yes you'll probably get more use and it will last longer , but how long and whats the peace of mind or security worth to you knowing its in good condition and not likely to fail at the worst time, miles from help, as it was recently replaced, if it was my car and I had well over 100 k miles and had the time and money I'd replace the belts hoses and water pump at over 100K miles while you have a good opportunity and the parts time and tools, like brake pads,and rotors ,if your smart they get changed BEFORE they wear out

my 1985 corvette came with a factory oil cooler, that runs engine coolant through separate but contacting internal passages, this warms the oil faster getting it flowing but tends to reduce the heat engine oil can reach as it absorbs oil heat effectively transferring it too the engine coolant on the car, where its transferred too air flow through the radiator







those aluminum finned tube coolers work, are reasonably cheap, very durable ,but a bit restrictive

but they don,t cool trans fluid or oil no where near as efficiently/fast as the larger fan equipped coolers with the AN#8 line size
and in either case finding a place to mount any cooler where you can keep it out of sight and still easily access fresh outside air flow,
is usually a problem for most people

one of the most common mistakes less than experienced performance enthusiasts, face and very commonly over-look, is the fact that the internal cross sectional area on many hydraulic and fuel line fittings are considerably more restrictive to flow that the fuel limes or hydraulic lines inside diameter they were designed to be used with, and it varies a great deal between different manufacturers, now ideally the fittings internal passage cross sectional area is both consistent and the same or greater that the tube or hydraulic line size, it listed to match, , so a 1/2" inside diameter fuel line, or hydraulic lines?hoses, for example should have components for the connections and fittings that have significantly smaller internal cross sectional areas, it does you very little good to use lets say, AN#8 or half inch fuel lines if the internal cross sectional area of the connections and fitting used with those lines is only 3/8" or smaller in cross sectional area,this is an area where dealing with a local hydraulic supply shop that has the correct tools and fittings to custom fabricate your fuel lines, coolant or lubrication lines is a very good idea!
talk to a local professional at your local hydraulic supply, measure accurately, take the time to explain what your trying to accomplish and take several pictures to show them what your doing, and get them too fabricate any high pressure fuel or coolant lines and related fittings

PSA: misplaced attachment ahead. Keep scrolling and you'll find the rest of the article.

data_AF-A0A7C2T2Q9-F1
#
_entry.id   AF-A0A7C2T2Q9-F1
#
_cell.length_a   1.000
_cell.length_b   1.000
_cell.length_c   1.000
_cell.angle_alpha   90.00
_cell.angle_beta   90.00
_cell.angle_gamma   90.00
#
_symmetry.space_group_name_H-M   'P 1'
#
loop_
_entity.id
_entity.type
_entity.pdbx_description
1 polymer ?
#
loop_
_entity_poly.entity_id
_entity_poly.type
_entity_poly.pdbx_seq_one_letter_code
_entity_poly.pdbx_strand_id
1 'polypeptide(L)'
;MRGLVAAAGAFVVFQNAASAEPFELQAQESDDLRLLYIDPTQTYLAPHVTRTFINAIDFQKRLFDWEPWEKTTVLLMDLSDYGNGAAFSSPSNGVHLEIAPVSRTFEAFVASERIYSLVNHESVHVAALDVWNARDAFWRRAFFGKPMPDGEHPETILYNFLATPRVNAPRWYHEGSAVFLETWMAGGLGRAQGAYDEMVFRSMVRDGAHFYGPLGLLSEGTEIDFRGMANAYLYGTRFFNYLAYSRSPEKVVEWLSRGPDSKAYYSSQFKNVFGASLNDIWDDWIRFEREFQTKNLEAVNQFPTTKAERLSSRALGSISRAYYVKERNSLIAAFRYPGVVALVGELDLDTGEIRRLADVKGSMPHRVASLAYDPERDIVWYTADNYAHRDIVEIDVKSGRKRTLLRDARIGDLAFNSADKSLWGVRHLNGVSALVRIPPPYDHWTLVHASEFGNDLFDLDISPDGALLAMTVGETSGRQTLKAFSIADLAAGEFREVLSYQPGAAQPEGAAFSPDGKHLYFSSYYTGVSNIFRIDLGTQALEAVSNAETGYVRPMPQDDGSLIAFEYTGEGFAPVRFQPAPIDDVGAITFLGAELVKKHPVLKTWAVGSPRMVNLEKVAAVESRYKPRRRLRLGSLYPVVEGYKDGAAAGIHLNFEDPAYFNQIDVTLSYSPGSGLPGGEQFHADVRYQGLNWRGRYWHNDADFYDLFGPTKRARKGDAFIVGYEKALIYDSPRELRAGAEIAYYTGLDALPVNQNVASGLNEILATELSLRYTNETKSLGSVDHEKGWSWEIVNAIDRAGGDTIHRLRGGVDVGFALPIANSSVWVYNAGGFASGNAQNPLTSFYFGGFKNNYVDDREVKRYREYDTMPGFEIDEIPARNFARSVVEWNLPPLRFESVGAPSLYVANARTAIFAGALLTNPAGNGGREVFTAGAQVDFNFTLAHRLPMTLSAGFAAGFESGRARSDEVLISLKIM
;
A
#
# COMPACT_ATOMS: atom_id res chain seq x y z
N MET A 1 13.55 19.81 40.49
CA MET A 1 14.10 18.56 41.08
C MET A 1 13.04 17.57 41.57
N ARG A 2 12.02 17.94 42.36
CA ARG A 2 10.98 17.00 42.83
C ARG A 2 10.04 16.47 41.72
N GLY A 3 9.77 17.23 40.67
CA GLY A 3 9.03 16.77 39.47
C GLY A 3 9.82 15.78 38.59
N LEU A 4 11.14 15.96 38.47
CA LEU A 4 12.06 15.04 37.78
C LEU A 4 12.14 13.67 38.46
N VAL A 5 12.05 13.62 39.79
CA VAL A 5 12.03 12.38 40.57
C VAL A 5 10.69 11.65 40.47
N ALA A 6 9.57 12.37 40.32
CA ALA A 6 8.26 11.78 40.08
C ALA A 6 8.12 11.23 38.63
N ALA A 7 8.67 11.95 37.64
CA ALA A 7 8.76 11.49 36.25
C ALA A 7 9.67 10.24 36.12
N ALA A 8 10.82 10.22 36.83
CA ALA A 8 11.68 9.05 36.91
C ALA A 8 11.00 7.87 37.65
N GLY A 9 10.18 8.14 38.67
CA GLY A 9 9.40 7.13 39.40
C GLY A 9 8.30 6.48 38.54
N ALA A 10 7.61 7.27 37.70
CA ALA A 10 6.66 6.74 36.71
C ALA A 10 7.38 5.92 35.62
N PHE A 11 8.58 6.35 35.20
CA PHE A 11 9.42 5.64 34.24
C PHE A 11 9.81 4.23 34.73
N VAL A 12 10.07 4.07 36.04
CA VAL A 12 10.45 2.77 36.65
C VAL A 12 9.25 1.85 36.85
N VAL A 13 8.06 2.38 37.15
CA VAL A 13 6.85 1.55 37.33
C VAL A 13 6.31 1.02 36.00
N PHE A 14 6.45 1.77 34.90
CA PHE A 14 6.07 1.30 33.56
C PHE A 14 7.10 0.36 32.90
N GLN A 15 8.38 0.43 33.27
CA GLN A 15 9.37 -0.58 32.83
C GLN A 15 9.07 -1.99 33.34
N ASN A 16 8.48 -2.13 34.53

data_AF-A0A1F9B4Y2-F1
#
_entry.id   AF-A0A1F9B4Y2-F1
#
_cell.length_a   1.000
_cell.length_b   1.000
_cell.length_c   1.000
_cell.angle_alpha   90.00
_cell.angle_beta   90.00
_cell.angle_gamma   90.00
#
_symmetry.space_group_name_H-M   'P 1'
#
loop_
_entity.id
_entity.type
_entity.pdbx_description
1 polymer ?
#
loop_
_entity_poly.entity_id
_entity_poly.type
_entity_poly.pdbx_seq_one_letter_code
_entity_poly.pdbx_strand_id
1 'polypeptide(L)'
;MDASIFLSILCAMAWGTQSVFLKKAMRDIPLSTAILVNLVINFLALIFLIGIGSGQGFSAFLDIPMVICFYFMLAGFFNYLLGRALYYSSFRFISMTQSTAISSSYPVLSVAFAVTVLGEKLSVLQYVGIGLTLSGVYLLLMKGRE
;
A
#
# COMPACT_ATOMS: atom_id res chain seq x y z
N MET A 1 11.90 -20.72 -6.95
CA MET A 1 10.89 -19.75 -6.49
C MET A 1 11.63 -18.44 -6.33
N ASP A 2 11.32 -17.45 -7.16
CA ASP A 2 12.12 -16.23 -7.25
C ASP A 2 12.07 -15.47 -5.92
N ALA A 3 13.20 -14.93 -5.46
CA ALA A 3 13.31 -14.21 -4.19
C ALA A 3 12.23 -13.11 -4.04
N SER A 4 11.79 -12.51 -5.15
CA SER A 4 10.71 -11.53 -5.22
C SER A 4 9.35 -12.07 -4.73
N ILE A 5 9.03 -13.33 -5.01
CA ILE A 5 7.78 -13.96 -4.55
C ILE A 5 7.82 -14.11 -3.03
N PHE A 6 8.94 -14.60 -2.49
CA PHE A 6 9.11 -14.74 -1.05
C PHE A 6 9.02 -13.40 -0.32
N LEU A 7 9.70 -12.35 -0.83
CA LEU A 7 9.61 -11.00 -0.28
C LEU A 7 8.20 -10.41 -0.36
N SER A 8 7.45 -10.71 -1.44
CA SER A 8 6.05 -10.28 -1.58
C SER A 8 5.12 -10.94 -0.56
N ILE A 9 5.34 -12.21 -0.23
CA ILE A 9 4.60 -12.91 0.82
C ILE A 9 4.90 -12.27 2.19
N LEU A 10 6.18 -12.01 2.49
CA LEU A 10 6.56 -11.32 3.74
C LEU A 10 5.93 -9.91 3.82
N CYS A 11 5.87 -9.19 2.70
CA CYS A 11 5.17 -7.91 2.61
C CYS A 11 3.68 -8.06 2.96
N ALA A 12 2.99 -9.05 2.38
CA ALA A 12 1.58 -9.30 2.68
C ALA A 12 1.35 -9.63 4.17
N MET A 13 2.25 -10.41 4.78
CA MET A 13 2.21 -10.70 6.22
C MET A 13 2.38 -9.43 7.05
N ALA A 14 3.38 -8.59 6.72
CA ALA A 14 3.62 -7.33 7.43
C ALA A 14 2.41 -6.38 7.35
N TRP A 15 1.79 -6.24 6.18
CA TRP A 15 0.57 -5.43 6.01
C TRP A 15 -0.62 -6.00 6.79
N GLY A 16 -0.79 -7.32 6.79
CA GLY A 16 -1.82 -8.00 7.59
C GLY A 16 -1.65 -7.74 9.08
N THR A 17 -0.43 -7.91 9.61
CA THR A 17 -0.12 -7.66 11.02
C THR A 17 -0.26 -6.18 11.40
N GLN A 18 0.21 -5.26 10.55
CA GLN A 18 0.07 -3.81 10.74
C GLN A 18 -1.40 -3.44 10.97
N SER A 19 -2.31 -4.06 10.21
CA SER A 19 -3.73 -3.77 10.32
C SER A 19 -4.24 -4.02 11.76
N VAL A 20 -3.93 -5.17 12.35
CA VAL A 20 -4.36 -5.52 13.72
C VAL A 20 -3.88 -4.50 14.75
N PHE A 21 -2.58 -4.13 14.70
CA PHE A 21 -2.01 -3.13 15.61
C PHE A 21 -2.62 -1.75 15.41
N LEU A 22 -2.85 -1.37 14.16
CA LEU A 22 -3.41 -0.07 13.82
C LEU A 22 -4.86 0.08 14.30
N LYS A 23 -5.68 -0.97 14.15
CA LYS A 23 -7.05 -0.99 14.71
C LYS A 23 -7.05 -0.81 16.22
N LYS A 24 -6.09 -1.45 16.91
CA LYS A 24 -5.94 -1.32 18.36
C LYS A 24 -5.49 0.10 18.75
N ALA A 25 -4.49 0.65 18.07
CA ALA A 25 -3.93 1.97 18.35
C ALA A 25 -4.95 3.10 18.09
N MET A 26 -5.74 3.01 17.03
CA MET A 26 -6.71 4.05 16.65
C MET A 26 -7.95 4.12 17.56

Up to 45 GPH= 3/4 GPM = 5/16" or -04 AN
Up to 90 GPH = 1.5 GPM= 3/8" or -06 AN
Up to 250 GPH =4.2 GPM= 1/2" or -08 AN
nearly ideal for transmission and oil coolers :D
Up to 450 GPH =7.5 GPM= 5/8" or -10 AN
Up to 900 GPH = 15GPM 3/4"or -12 AN






sources for parts

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I love this thread, but I have a 1995 corvette that over heats,
if its stuck in traffic, yes the fans do come on at about 230f ,
but that seems to be awfully late and too high a coolant temp, before the fans come on.
I re-read the links and threads and see where I may have a partially blocked radiator , so how do you get to clean those,
its obvious that you can,t easily get access to the radiator too flush out the fins with a garden hose like most cars,

anything in coolant temps much over 220f is higher than ideal,
and if you think about it the clue here is that it maintains temps ,
while moving but not if stationary,
verify BOTH fans are coming on, not just one fan,
If the engine cools while moving but over heats up and over heats,while stationary,
this strongly indicates the lack of significant air flow rates when the car/truck,
is not forcing additional air flow through the radiator through its movement,

it sounds like your either low on coolant, the water pumps in need of replacement,
or the radiator is stuffed full of crap like leaves and trash like grass,plastic bags etc.
the corvette sucked up trash, off the street,constantly,
corvettes suck trash off the road like a vacuum cleaner,

you obviously need a functional combo that sucks more air through the existing radiator when stationary,
if its full of street trash it needs to be cleaned obviously, to regain air flow rates.
adding an aux engine oil cooler with its own electrical fan will also reduce the heat load on the existing radiator.
and adding an aux oil cooler and or trans fluid cooler, always results in a lower heat load on the radiator

read the linked info
pull trouble codes and check your fuses
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Did the toggle switch to ground to the fan relay on my old 85. That worked good. Gona go all aluminum Rad on the 93. Future project. R&R'd all the org hoses last year,Cap, Thermostat,TB by pass using hoses for a 96 LT 1. That eliminated 2 T's from the system.Used Prestone Extended life Anti. Cleaned the Condensor & ORG Rad with a bottle of spray Gunk,hosed that off with the garden hose. Blocked the Opti with Card board so it wouldn't get wet.

If you wish to eliminate the throttle body coolant hoses, which are used to warm the unit during cold temperatures, you can use 1995 - 1996 Engine Cooling System Rubber Hose Set [LT1, LT4]
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Wow!! There's tons of really great info here! I've read through the whole thread, but I still have questions. They might have been touched on in one of the links, I don't know. I clicked on any that had descriptors, and a bunch of others... There's so much info on fans and their systems, a bit less on specific radiator recommendations.